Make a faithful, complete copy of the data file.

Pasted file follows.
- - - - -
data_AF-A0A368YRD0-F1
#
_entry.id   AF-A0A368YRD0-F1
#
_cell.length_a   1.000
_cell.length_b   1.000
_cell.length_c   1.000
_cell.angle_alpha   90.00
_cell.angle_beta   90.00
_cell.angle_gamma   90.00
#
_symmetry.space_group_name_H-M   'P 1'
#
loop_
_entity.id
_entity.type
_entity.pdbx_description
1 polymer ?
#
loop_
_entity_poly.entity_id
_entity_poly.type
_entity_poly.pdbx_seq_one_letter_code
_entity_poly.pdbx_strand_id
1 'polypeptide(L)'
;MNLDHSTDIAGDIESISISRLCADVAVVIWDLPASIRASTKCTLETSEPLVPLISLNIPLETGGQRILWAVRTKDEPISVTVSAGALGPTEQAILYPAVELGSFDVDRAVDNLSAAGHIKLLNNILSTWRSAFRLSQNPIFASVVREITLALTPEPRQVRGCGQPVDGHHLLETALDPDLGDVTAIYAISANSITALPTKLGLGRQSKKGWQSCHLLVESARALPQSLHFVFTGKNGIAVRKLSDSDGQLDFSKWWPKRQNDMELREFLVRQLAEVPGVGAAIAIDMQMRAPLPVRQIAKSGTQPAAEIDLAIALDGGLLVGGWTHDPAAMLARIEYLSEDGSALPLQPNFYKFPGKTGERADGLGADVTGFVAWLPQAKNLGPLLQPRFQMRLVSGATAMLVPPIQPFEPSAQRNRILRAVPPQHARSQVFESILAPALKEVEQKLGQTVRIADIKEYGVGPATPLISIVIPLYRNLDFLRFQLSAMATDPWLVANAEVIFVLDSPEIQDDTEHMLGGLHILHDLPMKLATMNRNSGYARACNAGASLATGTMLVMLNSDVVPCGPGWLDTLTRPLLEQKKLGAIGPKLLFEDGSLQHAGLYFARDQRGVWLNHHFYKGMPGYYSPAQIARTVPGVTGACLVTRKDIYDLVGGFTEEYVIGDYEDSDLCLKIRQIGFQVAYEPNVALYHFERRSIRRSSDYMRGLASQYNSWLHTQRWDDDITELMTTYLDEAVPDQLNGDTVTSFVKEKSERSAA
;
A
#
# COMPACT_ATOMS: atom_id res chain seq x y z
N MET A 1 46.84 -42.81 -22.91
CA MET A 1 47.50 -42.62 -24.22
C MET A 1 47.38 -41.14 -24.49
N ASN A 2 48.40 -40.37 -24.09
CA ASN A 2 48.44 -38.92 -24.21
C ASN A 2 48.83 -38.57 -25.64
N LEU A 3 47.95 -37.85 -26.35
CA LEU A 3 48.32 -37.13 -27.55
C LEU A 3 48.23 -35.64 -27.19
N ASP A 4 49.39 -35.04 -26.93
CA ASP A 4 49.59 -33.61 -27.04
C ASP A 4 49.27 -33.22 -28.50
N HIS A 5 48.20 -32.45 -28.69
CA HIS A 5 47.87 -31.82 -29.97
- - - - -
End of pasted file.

data_AF-A0A368YRD0-F1
#
_entry.id   AF-A0A368YRD0-F1
#
_cell.length_a   1.000
_cell.length_b   1.000
_cell.length_c   1.000
_cell.angle_alpha   90.00
_cell.angle_beta   90.00
_cell.angle_gamma   90.00
#
_symmetry.space_group_name_H-M   'P 1'
#
loop_
_entity.id
_entity.type
_entity.pdbx_description
1 polymer ?
#
loop_
_entity_poly.entity_id
_entity_poly.type
_entity_poly.pdbx_seq_one_letter_code
_entity_poly.pdbx_strand_id
1 'polypeptide(L)'
;MNLDHSTDIAGDIESISISRLCADVAVVIWDLPASIRASTKCTLETSEPLVPLISLNIPLETGGQRILWAVRTKDEPISVTVSAGALGPTEQAILYPAVELGSFDVDRAVDNLSAAGHIKLLNNILSTWRSAFRLSQNPIFASVVREITLALTPEPRQVRGCGQPVDGHHLLETALDPDLGDVTAIYAISANSITALPTKLGLGRQSKKGWQSCHLLVESARALPQSLHFVFTGKNGIAVRKLSDSDGQLDFSKWWPKRQNDMELREFLVRQLAEVPGVGAAIAIDMQMRAPLPVRQIAKSGTQPAAEIDLAIALDGGLLVGGWTHDPAAMLARIEYLSEDGSALPLQPNFYKFPGKTGERADGLGADVTGFVAWLPQAKNLGPLLQPRFQMRLVSGATAMLVPPIQPFEPSAQRNRILRAVPPQHARSQVFESILAPALKEVEQKLGQTVRIADIKEYGVGPATPLISIVIPLYRNLDFLRFQLSAMATDPWLVANAEVIFVLDSPEIQDDTEHMLGGLHILHDLPMKLATMNRNSGYARACNAGASLATGTMLVMLNSDVVPCGPGWLDTLTRPLLEQKKLGAIGPKLLFEDGSLQHAGLYFARDQRGVWLNHHFYKGMPGYYSPAQIARTVPGVTGACLVTRKDIYDLVGGFTEEYVIGDYEDSDLCLKIRQIGFQVAYEPNVALYHFERRSIRRSSDYMRGLASQYNSWLHTQRWDDDITELMTTYLDEAVPDQLNGDTVTSFVKEKSERSAA
;
A
#
# COMPACT_ATOMS: atom_id res chain seq x y z
N MET A 1 46.84 -42.81 -22.91
CA MET A 1 47.50 -42.62 -24.22
C MET A 1 47.38 -41.14 -24.49
N ASN A 2 48.40 -40.37 -24.09
CA ASN A 2 48.44 -38.92 -24.21
C ASN A 2 48.83 -38.57 -25.64
N LEU A 3 47.95 -37.85 -26.35
CA LEU A 3 48.32 -37.13 -27.55
C LEU A 3 48.23 -35.64 -27.19
N ASP A 4 49.39 -35.04 -26.93
CA ASP A 4 49.59 -33.61 -27.04
C ASP A 4 49.27 -33.22 -28.50
N HIS A 5 48.20 -32.45 -28.69
CA HIS A 5 47.87 -31.82 -29.97